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R Statistical Application Development by Example Beginner's Guide

Beginner's Guide
Prabhanjan Narayanachar Tattar

This guide assumes no prior knowledge, and starts by introducing you to the very first principles of statistics in R before progressing to more advanced concepts of application development through instructive screenshots and examples.
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Book Details

ISBN 139781849519441
Paperback344 pages

About This Book

  • A self-learning guide for the user who needs statistical tools for understanding uncertainty in computer science data
  • Essential descriptive statistics, effective data visualization, and efficient model building
  • Every method explained through real data sets enables clarity and confidence for unforeseen scenarios

Who This Book Is For

You will begin learning the first concepts of statistics in R which is vital in this fast paced era and it is also a bargain as you do not need to do a preliminary course on the subject.

Table of Contents

Chapter 1: Data Characteristics
Questionnaire and its components
Experiments with uncertainty in computer science
R installation
Continuous distribution
Summary
Chapter 2: Import/Export Data
data.frame and other formats
Time for action – understanding constants, vectors, and basic arithmetic
Time for action – matrix computations
Time for action – creating a list object
Time for action – creating a data.frame object
Summary
Chapter 3: Data Visualization
Visualization techniques for categorical data
Time for action – bar charts in R
Time for action – dot charts in R
Time for action – the spine plot for the shift and operator data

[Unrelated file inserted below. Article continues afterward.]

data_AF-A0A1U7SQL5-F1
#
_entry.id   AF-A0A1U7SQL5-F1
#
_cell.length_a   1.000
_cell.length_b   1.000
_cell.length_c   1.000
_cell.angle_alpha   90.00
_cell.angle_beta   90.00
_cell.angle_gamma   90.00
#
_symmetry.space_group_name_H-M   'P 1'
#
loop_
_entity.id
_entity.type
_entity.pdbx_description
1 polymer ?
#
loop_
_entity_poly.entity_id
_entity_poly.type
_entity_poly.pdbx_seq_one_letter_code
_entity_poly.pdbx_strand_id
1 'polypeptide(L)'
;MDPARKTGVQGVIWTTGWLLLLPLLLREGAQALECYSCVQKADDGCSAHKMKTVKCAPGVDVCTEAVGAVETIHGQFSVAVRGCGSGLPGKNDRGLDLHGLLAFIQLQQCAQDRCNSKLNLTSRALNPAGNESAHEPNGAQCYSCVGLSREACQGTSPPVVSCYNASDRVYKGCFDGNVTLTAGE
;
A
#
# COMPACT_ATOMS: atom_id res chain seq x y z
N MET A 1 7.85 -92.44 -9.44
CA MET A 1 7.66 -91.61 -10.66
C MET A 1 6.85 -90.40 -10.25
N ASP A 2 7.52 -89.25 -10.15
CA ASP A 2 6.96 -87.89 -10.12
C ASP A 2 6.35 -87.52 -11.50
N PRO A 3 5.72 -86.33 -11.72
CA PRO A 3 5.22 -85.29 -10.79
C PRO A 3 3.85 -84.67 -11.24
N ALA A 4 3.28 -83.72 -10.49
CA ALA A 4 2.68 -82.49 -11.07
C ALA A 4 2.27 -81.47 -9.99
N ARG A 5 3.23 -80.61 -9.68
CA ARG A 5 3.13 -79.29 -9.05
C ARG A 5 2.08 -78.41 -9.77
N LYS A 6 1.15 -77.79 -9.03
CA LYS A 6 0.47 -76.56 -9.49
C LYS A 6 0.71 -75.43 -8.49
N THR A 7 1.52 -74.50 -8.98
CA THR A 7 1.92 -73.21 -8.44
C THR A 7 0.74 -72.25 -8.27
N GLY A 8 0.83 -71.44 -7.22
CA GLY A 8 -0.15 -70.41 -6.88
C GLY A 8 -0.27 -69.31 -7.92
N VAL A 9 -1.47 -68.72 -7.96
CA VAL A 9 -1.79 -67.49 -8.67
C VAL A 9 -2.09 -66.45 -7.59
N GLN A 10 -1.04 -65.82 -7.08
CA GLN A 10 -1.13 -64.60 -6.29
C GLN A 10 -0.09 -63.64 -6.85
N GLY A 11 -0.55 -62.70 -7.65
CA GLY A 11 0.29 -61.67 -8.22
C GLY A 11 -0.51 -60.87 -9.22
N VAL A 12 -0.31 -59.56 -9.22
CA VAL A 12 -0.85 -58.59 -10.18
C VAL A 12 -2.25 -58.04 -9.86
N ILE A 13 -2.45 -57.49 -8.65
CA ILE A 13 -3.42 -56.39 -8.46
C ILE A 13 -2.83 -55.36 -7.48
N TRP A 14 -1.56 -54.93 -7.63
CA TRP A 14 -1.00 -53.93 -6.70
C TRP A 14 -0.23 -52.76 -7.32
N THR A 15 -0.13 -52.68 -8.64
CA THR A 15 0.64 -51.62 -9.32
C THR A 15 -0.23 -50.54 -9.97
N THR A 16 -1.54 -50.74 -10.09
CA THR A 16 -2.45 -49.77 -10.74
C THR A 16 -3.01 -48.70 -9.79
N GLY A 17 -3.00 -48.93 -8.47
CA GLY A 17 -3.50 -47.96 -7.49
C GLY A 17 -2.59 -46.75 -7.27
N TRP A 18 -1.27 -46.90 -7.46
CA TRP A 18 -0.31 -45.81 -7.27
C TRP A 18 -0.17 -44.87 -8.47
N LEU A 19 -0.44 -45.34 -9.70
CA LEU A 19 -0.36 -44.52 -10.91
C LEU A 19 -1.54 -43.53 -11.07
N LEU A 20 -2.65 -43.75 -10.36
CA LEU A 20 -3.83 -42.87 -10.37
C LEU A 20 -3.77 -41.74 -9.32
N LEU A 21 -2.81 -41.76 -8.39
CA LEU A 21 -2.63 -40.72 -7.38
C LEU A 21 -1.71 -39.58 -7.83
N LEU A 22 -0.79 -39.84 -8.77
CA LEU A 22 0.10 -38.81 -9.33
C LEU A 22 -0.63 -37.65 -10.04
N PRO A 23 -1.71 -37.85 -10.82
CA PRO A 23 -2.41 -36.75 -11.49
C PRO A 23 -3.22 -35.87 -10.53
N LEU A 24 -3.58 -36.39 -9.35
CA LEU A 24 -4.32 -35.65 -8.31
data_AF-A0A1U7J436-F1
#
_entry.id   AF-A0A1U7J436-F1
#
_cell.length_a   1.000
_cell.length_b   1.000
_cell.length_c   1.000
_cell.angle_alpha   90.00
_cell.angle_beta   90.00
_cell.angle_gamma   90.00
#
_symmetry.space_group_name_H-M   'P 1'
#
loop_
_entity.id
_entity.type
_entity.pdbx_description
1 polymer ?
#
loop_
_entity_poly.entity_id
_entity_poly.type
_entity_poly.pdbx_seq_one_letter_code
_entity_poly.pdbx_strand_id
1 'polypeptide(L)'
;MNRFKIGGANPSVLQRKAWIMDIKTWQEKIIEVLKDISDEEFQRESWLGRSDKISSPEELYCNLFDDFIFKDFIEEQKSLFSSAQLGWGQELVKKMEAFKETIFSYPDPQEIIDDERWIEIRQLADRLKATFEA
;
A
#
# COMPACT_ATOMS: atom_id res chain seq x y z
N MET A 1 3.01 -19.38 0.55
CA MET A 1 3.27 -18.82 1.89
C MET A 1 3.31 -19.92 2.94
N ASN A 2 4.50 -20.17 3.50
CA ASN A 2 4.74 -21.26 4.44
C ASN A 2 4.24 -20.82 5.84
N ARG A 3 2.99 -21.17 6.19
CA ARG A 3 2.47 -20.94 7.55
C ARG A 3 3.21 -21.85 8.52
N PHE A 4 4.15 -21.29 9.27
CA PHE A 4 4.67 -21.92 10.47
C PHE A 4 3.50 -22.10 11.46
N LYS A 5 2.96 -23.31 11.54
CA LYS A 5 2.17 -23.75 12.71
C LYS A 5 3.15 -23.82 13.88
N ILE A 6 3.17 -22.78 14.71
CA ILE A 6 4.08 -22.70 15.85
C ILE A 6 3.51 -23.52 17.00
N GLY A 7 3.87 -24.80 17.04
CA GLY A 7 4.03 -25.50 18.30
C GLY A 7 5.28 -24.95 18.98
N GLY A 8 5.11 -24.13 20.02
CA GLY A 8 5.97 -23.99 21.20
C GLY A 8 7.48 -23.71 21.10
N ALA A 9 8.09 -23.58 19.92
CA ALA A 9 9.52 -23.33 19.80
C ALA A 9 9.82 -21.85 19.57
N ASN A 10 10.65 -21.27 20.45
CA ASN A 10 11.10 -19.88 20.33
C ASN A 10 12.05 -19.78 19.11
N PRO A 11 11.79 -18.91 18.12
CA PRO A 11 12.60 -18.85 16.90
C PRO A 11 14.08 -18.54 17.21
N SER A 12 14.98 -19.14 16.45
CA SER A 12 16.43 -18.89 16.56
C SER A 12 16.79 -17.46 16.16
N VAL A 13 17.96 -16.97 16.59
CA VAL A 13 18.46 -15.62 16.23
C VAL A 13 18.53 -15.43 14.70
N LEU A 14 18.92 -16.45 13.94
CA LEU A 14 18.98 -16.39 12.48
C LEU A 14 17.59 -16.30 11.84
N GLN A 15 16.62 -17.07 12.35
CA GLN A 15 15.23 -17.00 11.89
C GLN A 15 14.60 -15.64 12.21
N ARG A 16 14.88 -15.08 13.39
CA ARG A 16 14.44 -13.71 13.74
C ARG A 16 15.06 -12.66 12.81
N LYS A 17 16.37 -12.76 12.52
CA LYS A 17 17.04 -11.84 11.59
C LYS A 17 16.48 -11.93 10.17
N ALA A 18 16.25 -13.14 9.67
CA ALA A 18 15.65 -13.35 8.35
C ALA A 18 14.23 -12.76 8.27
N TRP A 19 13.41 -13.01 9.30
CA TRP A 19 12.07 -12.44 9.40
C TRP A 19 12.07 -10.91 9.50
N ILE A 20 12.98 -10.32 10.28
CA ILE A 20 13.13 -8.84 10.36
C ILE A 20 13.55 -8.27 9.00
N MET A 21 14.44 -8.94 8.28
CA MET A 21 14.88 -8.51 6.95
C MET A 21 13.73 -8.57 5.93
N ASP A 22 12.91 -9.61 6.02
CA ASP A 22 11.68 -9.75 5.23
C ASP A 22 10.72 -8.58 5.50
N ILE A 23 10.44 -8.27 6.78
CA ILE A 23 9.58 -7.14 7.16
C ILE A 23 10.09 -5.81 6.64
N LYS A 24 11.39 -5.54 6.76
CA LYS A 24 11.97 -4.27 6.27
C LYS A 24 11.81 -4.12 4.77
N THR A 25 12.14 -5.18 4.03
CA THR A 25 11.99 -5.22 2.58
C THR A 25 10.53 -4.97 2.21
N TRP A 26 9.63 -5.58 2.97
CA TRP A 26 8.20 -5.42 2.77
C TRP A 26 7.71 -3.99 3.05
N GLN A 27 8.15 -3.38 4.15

Time for action – the mosaic plot for the Titanic dataset
Visualization techniques for continuous variable data
Time for action – using the boxplot
Time for action – understanding the effectiveness of histograms
Time for action – plot and pairs R functions
A brief peek at ggplot2
Time for action – qplot
Time for action – ggplot
Summary
Chapter 4: Exploratory Analysis
Essential summary statistics
Time for action – the essential summary statistics for "The Wall" dataset
The stem-and-leaf plot
Time for action – the stem function in play
Letter values
Data re-expression
Bagplot – a bivariate boxplot
Time for action – the bagplot display for a multivariate dataset
The resistant line
Time for action – the resistant line as a first regression model
Smoothing data
Time for action – smoothening the cow temperature data
Median polish
Time for action – the median polish algorithm
Summary
Chapter 5: Statistical Inference
Maximum likelihood estimator
Time for action – visualizing the likelihood function
Time for action – finding the MLE using mle and fitdistr functions
Confidence intervals
Time for action – confidence intervals
Hypotheses testing
Time for action – testing the probability of success
Time for action – testing proportions
Time for action – testing one-sample hypotheses
Time for action – testing two-sample hypotheses
Summary
Chapter 6: Linear Regression Analysis
The simple linear regression model
Time for action – the arbitrary choice of parameters
Time for action – building a simple linear regression model
Time for action – ANOVA and the confidence intervals
Time for action – residual plots for model validation
Multiple linear regression model
Time for action – averaging k simple linear regression models
Time for action – building a multiple linear regression model
Time for action – the ANOVA and confidence intervals for the multiple linear regression model
Time for action – residual plots for the multiple linear regression model
Regression diagnostics
The multicollinearity problem
Time for action – addressing the multicollinearity problem for the Gasoline data
Model selection
Time for action – model selection using the backward, forward, and AIC criteria
Summary
Chapter 7: The Logistic Regression Model
The binary regression problem
Time for action – limitations of linear regression models
Probit regression model
Time for action – understanding the constants
Logistic regression model
Time for action – fitting the logistic regression model